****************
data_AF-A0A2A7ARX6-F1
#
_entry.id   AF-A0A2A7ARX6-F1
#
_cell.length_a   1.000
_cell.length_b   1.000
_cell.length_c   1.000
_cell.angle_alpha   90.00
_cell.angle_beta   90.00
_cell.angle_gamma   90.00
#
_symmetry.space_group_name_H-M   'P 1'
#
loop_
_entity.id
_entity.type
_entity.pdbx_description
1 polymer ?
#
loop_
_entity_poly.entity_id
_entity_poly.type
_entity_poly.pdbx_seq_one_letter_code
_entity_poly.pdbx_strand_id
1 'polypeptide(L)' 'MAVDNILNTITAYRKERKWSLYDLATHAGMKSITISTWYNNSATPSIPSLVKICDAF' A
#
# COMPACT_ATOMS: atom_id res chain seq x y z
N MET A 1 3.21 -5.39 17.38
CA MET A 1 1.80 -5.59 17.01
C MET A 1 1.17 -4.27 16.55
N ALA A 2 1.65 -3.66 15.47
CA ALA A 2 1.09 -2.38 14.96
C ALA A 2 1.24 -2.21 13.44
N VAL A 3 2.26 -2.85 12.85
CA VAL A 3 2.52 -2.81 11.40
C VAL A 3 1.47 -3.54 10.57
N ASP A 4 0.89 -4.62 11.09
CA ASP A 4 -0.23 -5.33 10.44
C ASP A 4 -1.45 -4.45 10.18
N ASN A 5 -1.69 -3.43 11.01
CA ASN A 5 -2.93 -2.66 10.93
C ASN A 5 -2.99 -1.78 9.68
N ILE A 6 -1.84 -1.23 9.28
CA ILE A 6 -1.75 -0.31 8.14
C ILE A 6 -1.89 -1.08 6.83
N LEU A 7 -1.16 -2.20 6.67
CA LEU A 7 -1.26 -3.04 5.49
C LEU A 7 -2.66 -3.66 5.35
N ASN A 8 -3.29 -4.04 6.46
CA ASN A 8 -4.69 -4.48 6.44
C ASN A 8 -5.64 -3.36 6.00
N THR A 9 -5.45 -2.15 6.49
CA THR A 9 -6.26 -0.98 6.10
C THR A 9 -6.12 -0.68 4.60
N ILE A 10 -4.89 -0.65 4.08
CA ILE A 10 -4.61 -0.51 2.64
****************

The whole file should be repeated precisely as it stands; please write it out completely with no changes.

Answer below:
data_AF-A0A2A7ARX6-F1
#
_entry.id   AF-A0A2A7ARX6-F1
#
_cell.length_a   1.000
_cell.length_b   1.000
_cell.length_c   1.000
_cell.angle_alpha   90.00
_cell.angle_beta   90.00
_cell.angle_gamma   90.00
#
_symmetry.space_group_name_H-M   'P 1'
#
loop_
_entity.id
_entity.type
_entity.pdbx_description
1 polymer ?
#
loop_
_entity_poly.entity_id
_entity_poly.type
_entity_poly.pdbx_seq_one_letter_code
_entity_poly.pdbx_strand_id
1 'polypeptide(L)' 'MAVDNILNTITAYRKERKWSLYDLATHAGMKSITISTWYNNSATPSIPSLVKICDAF' A
#
# COMPACT_ATOMS: atom_id res chain seq x y z
N MET A 1 3.21 -5.39 17.38
CA MET A 1 1.80 -5.59 17.01
C MET A 1 1.17 -4.27 16.55
N ALA A 2 1.65 -3.66 15.47
CA ALA A 2 1.09 -2.38 14.96
C ALA A 2 1.24 -2.21 13.44
N VAL A 3 2.26 -2.85 12.85
CA VAL A 3 2.52 -2.81 11.40
C VAL A 3 1.47 -3.54 10.57
N ASP A 4 0.89 -4.62 11.09
CA ASP A 4 -0.23 -5.33 10.44
C ASP A 4 -1.45 -4.45 10.18
N ASN A 5 -1.69 -3.43 11.01
CA ASN A 5 -2.93 -2.66 10.93
C ASN A 5 -2.99 -1.78 9.68
N ILE A 6 -1.84 -1.23 9.28
CA ILE A 6 -1.75 -0.31 8.14
C ILE A 6 -1.89 -1.08 6.83
N LEU A 7 -1.16 -2.20 6.67
CA LEU A 7 -1.26 -3.04 5.49
C LEU A 7 -2.66 -3.66 5.35
N ASN A 8 -3.29 -4.04 6.46
CA ASN A 8 -4.69 -4.48 6.44
C ASN A 8 -5.64 -3.36 6.00
N THR A 9 -5.45 -2.15 6.49
CA THR A 9 -6.26 -0.98 6.10
C THR A 9 -6.12 -0.68 4.60
N ILE A 10 -4.89 -0.65 4.08
CA ILE A 10 -4.61 -0.51 2.64